Besides, dual 7950's in Crossfire will be more then ahead of the pack for graphics performance for quite some time, I am not too worried. And if eventually I choose to triple Crossfire, the prices will be a lot cheaper by then.
---------- Post added 2012-02-12 at 09:37 PM ----------
Fair enough. I have a 750 watt Thermaltake Comet but I am going to sell it with my current rig when I upgrade. Odds are I will go for 650 watts just to be on the safe side then with this one:
I know it costs 10 bucks more then the HX650 from Corsair, but I would rather have the silent fan that the SeaSonic has.
http://www.performance-pcs.com/catal...x&cPath=60_236 never actually went through ordering or anything.
i7 930 @ 4.0Ghz | Sapphire HD5970 w/ Accelero Xtreme | ASUS P6X58D Premium | 32GB Kingston DDR3-1600
Xonar Essence STX | 128GB Vertex 4 | AX750 | Xigmatek Elysium
Laing D5 | XSPC RX 360mm | Koolance RP-452X2 | EK-Supreme HF
Dell 3007WFP-HC | Samsung BX2350 | Das Keyboard Model S Ultimate | Razer Naga Molten | Sennheiser HD650
OC'd HD 7900 series ~250W
OC'd Sandy Bridge ~130W
That's already 630W without taking into account the rest of the system, and you really shouldn't be running a PSU at near 100% capacity for endurance and efficiency reasons. If he really plans on getting two high-end video cards, then I would suggest a 750W PSU minimum and more likely find him an 850W like a Seasonic X, Corsair AX, Kingwin Lazer Gold/Platinum, NZXT Hale90, etc. Or honestly because 80 Plus certification doesn't really matter that much, a Corsair TX850-M or NZXT Hale82 are absolutely fine.
Last edited by kidsafe; 2012-02-13 at 03:52 PM.
10% load = 83% efficiency = 75W DC and 90W AC ... 15W power --> heat
20% load = 88% efficiency = 150W DC and 170W AC ... 20W
50% load = 90% efficiency = 375W DC and 417W AC ... 42W
Now a 550W:
13.6% load = 85% efficiency = 75W DC / 88W AC ... 13W power --> heat
27.3% load = 89% efficiency = 150W DC / 168W AC ... 18W
68.2% load = 89% efficiency = 375W DC / 421W AC ... 46W
The difference in heat output is negligible, so that cannot really effect component endurance.
What can effect component endurance though is how many components are in the PSU. A PSU with bigger or more capacitors, transformers, filtering coils, VRMs, etc. puts less stress on each component. A PSU also tends to have its best voltage regulation and ripple suppression at lower loads... Voltage regulation is pretty much the most important factor for ensuring system stability while ripple suppression is important for ensuring the lifespan of those components.
All in all, I want something that is modular, fairly to very efficient and gives me a certain amount of breathing room. Modularity and efficiency have a ballooning effect on the price of PSUs. On Newegg the Seasonic X-560 is $135. A Corsair AX750 is $150. They're both based on the same platform...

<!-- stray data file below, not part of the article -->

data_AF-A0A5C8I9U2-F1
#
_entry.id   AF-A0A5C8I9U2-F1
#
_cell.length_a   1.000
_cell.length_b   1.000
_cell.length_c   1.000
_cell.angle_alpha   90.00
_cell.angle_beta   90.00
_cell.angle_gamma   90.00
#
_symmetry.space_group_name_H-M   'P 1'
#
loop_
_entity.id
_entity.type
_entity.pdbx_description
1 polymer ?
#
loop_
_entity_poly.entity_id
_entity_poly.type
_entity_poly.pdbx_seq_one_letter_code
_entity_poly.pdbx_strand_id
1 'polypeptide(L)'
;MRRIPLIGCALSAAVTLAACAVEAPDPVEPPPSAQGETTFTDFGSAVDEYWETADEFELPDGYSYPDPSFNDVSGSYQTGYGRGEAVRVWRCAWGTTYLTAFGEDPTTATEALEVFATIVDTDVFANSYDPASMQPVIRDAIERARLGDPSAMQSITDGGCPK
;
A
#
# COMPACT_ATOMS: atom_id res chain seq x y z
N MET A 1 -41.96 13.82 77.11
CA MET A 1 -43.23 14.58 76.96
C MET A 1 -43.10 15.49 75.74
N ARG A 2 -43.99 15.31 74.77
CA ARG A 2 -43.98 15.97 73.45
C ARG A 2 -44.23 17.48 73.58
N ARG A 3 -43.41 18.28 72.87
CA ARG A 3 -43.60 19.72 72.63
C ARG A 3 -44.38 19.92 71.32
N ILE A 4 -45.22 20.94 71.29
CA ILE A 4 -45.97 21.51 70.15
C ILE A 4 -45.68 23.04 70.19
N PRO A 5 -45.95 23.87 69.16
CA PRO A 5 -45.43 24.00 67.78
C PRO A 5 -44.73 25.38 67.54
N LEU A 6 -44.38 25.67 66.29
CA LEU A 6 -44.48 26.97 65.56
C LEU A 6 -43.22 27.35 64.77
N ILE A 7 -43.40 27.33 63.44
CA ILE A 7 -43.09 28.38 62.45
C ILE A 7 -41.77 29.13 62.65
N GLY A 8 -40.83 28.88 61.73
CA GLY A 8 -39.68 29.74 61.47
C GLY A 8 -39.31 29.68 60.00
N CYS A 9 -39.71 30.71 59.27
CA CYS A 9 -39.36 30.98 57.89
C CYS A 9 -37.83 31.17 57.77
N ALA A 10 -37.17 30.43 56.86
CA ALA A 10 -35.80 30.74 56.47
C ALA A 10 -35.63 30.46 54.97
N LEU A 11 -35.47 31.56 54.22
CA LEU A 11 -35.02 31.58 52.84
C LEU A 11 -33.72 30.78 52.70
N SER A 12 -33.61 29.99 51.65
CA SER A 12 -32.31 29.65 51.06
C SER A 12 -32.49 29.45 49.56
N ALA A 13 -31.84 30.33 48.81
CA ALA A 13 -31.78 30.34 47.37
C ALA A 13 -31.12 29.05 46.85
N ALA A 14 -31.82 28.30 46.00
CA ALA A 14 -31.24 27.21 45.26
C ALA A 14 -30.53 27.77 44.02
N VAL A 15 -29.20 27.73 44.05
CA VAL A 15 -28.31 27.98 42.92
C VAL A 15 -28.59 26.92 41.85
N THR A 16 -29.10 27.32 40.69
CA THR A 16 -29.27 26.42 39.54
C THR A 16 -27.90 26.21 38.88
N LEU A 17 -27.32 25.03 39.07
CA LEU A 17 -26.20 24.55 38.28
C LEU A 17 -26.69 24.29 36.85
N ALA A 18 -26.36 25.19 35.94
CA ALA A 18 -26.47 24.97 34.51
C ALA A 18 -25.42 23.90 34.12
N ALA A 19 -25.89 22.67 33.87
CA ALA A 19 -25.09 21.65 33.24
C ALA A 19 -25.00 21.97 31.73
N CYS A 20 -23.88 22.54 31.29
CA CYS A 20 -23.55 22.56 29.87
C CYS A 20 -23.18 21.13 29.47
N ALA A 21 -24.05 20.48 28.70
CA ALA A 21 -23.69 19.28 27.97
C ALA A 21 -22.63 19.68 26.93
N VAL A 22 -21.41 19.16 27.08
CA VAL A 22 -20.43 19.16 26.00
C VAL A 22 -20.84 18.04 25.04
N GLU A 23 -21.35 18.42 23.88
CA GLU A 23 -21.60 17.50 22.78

Last edited by kidsafe; 2012-02-13 at 05:41 PM.
I'd rather buy the same PSU at 650 for more money than the same at 750 if it fits the build better.
If you are at or close to 50% in load, you will put long term stress on the PSU even though you will achieve less efficiency.
The sweet spot for lasting is between 70-80%.
That's why I recommend them.
Of the two you linked, I'd rather pay 150 for the x-560 than 135 for the ax750 for my current build.
@tetrisGOAT and how would one know if he is using his psu at 50-60 %?
http://www.coolermaster.outervision.com/PSUEngine fill in values. 90% system load (only FurMark CAN make it 100%, and only if it runs a CPU-benchmark at the same time, ie, unlikely).
Select GPUs with equal TDP-value if the ones you're using isn't there.
I fucking hate cable management.
"I'd rather laugh with the sinners than cry with the saints." --Billy Joel
"When I was 5 years old, my mother always told me that happiness was the key to life. When I went to school, they asked me what I wanted to be when I grew up. I wrote down "happy". They told me I didn’t understand the assignment, and I told them they didn’t understand life.” --John Lennon
@Gottie4u amin to that brother but, as i can see you got a pretty nice gaming rig, why dont u invest some $ for a better case ( btw is that a thermaltake v9?).
Well i'm too lazy to post pics
Case: Rosewill Thor V2 full tower
CPU: i5 2500k 3.3Ghz
RAM: (2x4GB) Corsair PC1600 XMS
GPU: EVGA GTX560 Ti O'Cd to 900Mhz
MB: Gigabyte GA-Z68A-D3H-B3
PSU: Thermaltake W0319RU 850W
HDD: Seagate 1TB 64MB cache Sata 3
OS: Win 7 x64
I made a few modifications to my setup today:
1. I got tired of my Air Penetrator intake fans noise and the fact they weren't PWM so ran at the same speed all the time, requiring resistor adapters to keep the noise down.
To remedy this, I got a few Cougar Vortex fans (3x 140mm, 1x 120mm) and a Sunbeam Rheosmart fan controller that will take the PWM input from the motherboard and use that to control the voltage sent to the fans plugged into it.
(wire management looks kinda messy but that's about as good as I could do without getting unnecessarily anal about it, mounted it in the back of that bay so the 120mm fan will still fit in the front)
2. I finally jumped on the mechanical keyboard bandwagon. Got myself a Corsair K60, and I can't go back to rubber dome style keyboards for gaming again I will say I do kinda miss the backlighting from my G110 (which was starting to have problems with the "W" key not registering), but I wasn't gonna pay more for the K90 when that's the only extra feature I would have wanted and the different texture of the red WASD 1-6 keys help me find where they are just fine.
(oh yeah, I also wall-mounted my monitor for more desk space)